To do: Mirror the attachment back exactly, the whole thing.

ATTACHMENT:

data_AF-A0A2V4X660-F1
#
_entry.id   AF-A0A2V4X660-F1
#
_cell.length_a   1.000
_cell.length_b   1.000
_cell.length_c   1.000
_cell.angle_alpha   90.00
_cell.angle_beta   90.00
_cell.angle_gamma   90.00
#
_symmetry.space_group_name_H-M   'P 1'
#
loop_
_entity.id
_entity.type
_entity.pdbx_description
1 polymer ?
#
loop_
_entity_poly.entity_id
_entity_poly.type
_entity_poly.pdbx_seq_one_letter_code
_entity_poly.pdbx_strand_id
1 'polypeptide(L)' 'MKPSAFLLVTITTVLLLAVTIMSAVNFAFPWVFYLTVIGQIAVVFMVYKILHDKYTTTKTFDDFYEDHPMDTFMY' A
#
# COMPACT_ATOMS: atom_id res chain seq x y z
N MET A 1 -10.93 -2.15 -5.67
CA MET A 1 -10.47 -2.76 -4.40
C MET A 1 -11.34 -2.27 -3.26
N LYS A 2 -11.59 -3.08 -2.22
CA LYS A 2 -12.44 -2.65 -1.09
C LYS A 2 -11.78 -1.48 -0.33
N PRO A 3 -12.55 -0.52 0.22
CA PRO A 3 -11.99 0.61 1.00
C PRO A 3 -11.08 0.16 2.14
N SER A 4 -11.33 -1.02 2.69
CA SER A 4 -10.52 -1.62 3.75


data_AF-A0A2V4X660-F1
#
_entry.id   AF-A0A2V4X660-F1
#
_cell.length_a   1.000
_cell.length_b   1.000
_cell.length_c   1.000
_cell.angle_alpha   90.00
_cell.angle_beta   90.00
_cell.angle_gamma   90.00
#
_symmetry.space_group_name_H-M   'P 1'
#
loop_
_entity.id
_entity.type
_entity.pdbx_description
1 polymer ?
#
loop_
_entity_poly.entity_id
_entity_poly.type
_entity_poly.pdbx_seq_one_letter_code
_entity_poly.pdbx_strand_id
1 'polypeptide(L)' 'MKPSAFLLVTITTVLLLAVTIMSAVNFAFPWVFYLTVIGQIAVVFMVYKILHDKYTTTKTFDDFYEDHPMDTFMY' A
#
# COMPACT_ATOMS: atom_id res chain seq x y z
N MET A 1 -10.93 -2.15 -5.67
CA MET A 1 -10.47 -2.76 -4.40
C MET A 1 -11.34 -2.27 -3.26
N LYS A 2 -11.59 -3.08 -2.22
CA LYS A 2 -12.44 -2.65 -1.09
C LYS A 2 -11.78 -1.48 -0.33
N PRO A 3 -12.55 -0.52 0.22
CA PRO A 3 -11.99 0.61 1.00
C PRO A 3 -11.08 0.16 2.14
N SER A 4 -11.33 -1.02 2.69
CA SER A 4 -10.52 -1.62 3.75